Belletrista - A site promoting translated women authored literature from around the world


Sandy Bonny
Reviewed by Joyce Nickel

The stories in The Sometimes Lake reflect Sandy Bonny's passion for science. Whether the character is a teacher working with disadvantaged indigenous children in Canada's far north, as in "Nògha", a career academic grieving for her miscarried children in "Carys", or a child exploring the mysterious world of Grandma's cellar in "Marrow", Bonny artfully slips in just a bit of scientific fact or interest. This playful ability to weave science into a story is a technique that I've greatly admired in Barbara Kingsolver's novels, and also in Fugitive Pieces by Anne Michaels, and it is a technique that I enjoy here too. In fact, I would say that it's the book's outstanding feature.

The Sometimes Lake is made up of twelve stories, none of which is called "The Sometimes Lake", so the book's title is a mystery to me. And it is a short book—just over 150 pages long. Within those pages, however, the author covers a range of topics, characters, and locations. One of the strongest stories is "Mandala", a non-linear and somewhat messy story where a young Canadian boy tells vignettes about his unconventional life, including the incident where he and his sister are suddenly stranded in a Himalayan Buddhist nunnery after their mother dies from blood poisoning contracted after accidentally cutting herself with a dirty knife. This story came in second in the 2001 CBC Literary Awards, and it was also printed in enRoute, the Air Canada in-flight magazine. Another story that stands out is "Traplines", in which Dustin—now renamed Polydeuces, or P.D.—haplessly attempts to escape from a cultish commune.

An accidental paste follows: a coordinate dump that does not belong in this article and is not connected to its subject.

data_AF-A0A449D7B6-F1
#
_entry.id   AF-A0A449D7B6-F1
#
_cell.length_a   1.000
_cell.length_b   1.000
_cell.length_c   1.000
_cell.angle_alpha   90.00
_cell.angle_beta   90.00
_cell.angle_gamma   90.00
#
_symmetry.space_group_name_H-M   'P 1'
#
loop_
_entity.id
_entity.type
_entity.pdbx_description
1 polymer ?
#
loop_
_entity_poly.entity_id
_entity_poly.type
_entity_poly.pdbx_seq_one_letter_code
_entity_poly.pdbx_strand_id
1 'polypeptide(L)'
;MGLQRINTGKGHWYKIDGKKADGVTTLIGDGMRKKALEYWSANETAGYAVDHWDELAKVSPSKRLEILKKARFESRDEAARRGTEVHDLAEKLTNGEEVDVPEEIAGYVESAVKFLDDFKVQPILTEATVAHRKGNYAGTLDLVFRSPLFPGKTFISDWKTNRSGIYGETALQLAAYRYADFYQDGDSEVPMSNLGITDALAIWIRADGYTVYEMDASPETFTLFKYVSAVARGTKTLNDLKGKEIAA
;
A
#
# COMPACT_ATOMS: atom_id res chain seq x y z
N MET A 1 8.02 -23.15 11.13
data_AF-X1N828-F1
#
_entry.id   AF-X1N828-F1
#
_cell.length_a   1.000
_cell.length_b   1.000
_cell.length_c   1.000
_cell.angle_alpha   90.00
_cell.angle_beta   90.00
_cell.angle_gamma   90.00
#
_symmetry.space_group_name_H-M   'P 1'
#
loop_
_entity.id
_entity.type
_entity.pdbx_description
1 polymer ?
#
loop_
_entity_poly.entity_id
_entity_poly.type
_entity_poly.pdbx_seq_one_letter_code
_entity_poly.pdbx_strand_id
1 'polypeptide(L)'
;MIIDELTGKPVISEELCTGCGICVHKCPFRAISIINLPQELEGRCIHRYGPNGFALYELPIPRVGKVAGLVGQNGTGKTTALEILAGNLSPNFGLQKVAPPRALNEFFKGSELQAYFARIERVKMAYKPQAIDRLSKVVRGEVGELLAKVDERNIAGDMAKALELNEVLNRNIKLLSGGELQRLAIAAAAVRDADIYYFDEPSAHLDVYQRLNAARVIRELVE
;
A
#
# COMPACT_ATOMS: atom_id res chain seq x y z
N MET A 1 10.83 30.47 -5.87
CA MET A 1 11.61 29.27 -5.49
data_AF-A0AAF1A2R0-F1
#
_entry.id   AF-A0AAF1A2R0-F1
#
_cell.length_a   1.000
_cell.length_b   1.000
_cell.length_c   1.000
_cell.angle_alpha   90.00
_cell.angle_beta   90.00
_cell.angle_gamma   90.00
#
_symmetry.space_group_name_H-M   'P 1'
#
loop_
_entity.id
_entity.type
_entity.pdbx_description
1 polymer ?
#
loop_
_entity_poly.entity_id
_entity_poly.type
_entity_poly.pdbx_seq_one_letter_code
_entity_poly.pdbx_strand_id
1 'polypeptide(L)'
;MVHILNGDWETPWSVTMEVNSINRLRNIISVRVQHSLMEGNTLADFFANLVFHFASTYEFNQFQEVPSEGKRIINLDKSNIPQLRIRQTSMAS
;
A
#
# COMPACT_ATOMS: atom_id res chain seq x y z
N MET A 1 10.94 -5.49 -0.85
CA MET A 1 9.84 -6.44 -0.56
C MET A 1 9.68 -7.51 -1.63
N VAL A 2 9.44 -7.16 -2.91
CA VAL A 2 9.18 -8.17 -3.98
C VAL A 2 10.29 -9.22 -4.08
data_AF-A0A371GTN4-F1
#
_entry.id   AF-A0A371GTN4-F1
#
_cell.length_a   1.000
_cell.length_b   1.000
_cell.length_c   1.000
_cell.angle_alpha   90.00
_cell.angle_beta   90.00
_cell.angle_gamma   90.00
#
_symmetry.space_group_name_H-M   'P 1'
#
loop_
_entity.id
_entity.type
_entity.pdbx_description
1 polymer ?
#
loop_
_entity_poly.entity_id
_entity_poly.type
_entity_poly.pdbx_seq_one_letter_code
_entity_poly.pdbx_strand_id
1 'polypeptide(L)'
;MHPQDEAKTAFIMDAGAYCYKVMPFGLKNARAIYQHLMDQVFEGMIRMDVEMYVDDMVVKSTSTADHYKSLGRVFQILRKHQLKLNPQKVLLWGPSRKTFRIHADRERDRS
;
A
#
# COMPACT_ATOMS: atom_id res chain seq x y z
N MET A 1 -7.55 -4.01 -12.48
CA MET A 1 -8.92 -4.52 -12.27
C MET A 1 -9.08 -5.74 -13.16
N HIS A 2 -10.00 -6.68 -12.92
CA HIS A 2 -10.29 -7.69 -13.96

Perhaps my favourite story in the collection is the somewhat creepy "Sense". Here, a young woman camps alone for a few days in a dry canyon in order to complete an archaeological survey. While she is sifting sand in search of past treasures, a more sinister element of modern society is active around her.

Sandy Bonny is from Saskatoon, Saskatchewan, and is one of those incredibly talented and accomplished people who seem impossible to be true. Aside from creating unique and well-written short stories, Bonny paints imaginative landscapes in acrylic, carves large snow sculptures that win awards at winter festivals, and is currently writing a novel. She has a PhD in Earth and Atmospheric Science, and has been actively involved in promoting scientific literacy, writing widely for both popular science and academic journals.

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